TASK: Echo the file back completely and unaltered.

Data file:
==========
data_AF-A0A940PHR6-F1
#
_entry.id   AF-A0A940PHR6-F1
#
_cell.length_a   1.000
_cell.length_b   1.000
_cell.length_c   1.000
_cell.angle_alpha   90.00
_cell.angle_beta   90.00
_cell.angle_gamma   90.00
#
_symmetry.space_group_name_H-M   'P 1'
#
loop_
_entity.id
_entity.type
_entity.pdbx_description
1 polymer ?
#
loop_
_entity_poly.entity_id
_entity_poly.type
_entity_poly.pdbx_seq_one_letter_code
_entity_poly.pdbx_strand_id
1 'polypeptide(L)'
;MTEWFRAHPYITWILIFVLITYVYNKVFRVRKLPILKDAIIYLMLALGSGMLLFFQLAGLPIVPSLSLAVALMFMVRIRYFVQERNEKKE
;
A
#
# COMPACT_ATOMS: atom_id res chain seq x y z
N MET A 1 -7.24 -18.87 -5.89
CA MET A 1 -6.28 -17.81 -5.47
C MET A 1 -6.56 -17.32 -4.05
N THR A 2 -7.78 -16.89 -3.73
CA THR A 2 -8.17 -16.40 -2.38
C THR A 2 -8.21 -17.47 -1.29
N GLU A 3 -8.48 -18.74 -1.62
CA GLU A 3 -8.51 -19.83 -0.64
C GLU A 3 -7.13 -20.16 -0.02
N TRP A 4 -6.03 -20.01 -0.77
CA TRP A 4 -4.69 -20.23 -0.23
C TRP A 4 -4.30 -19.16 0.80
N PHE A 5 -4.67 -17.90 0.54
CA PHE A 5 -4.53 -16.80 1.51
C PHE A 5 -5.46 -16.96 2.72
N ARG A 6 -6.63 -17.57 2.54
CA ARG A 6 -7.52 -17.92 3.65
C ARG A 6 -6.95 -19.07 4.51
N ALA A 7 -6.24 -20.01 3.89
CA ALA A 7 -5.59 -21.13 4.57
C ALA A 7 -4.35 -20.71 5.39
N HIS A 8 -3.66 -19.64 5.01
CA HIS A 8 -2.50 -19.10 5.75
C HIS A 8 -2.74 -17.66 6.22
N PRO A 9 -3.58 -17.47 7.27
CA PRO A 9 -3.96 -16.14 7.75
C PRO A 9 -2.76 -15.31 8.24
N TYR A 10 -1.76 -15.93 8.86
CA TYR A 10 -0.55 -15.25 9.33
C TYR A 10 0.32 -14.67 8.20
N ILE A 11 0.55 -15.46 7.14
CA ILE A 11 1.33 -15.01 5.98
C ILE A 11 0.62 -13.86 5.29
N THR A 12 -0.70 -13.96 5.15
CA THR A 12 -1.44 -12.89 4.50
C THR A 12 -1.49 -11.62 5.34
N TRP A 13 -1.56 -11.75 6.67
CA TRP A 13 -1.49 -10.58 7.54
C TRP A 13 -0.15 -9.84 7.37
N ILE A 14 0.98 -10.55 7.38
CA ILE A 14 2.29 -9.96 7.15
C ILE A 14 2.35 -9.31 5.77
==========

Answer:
data_AF-A0A940PHR6-F1
#
_entry.id   AF-A0A940PHR6-F1
#
_cell.length_a   1.000
_cell.length_b   1.000
_cell.length_c   1.000
_cell.angle_alpha   90.00
_cell.angle_beta   90.00
_cell.angle_gamma   90.00
#
_symmetry.space_group_name_H-M   'P 1'
#
loop_
_entity.id
_entity.type
_entity.pdbx_description
1 polymer ?
#
loop_
_entity_poly.entity_id
_entity_poly.type
_entity_poly.pdbx_seq_one_letter_code
_entity_poly.pdbx_strand_id
1 'polypeptide(L)'
;MTEWFRAHPYITWILIFVLITYVYNKVFRVRKLPILKDAIIYLMLALGSGMLLFFQLAGLPIVPSLSLAVALMFMVRIRYFVQERNEKKE
;
A
#
# COMPACT_ATOMS: atom_id res chain seq x y z
N MET A 1 -7.24 -18.87 -5.89
CA MET A 1 -6.28 -17.81 -5.47
C MET A 1 -6.56 -17.32 -4.05
N THR A 2 -7.78 -16.89 -3.73
CA THR A 2 -8.17 -16.40 -2.38
C THR A 2 -8.21 -17.47 -1.29
N GLU A 3 -8.48 -18.74 -1.62
CA GLU A 3 -8.51 -19.83 -0.64
C GLU A 3 -7.13 -20.16 -0.02
N TRP A 4 -6.03 -20.01 -0.77
CA TRP A 4 -4.69 -20.23 -0.23
C TRP A 4 -4.30 -19.16 0.80
N PHE A 5 -4.67 -17.90 0.54
CA PHE A 5 -4.53 -16.80 1.51
C PHE A 5 -5.46 -16.96 2.72
N ARG A 6 -6.63 -17.57 2.54
CA ARG A 6 -7.52 -17.92 3.65
C ARG A 6 -6.95 -19.07 4.51
N ALA A 7 -6.24 -20.01 3.89
CA ALA A 7 -5.59 -21.13 4.57
C ALA A 7 -4.35 -20.71 5.39
N HIS A 8 -3.66 -19.64 5.01
CA HIS A 8 -2.50 -19.10 5.75
C HIS A 8 -2.74 -17.66 6.22
N PRO A 9 -3.58 -17.47 7.27
CA PRO A 9 -3.96 -16.14 7.75
C PRO A 9 -2.76 -15.31 8.24
N TYR A 10 -1.76 -15.93 8.86
CA TYR A 10 -0.55 -15.25 9.33
C TYR A 10 0.32 -14.67 8.20
N ILE A 11 0.55 -15.46 7.14
CA ILE A 11 1.33 -15.01 5.98
C ILE A 11 0.62 -13.86 5.29
N THR A 12 -0.70 -13.96 5.15
CA THR A 12 -1.44 -12.89 4.50
C THR A 12 -1.49 -11.62 5.34
N TRP A 13 -1.56 -11.75 6.67
CA TRP A 13 -1.49 -10.58 7.54
C TRP A 13 -0.15 -9.84 7.37
N ILE A 14 0.98 -10.55 7.38
CA ILE A 14 2.29 -9.96 7.15
C ILE A 14 2.35 -9.31 5.77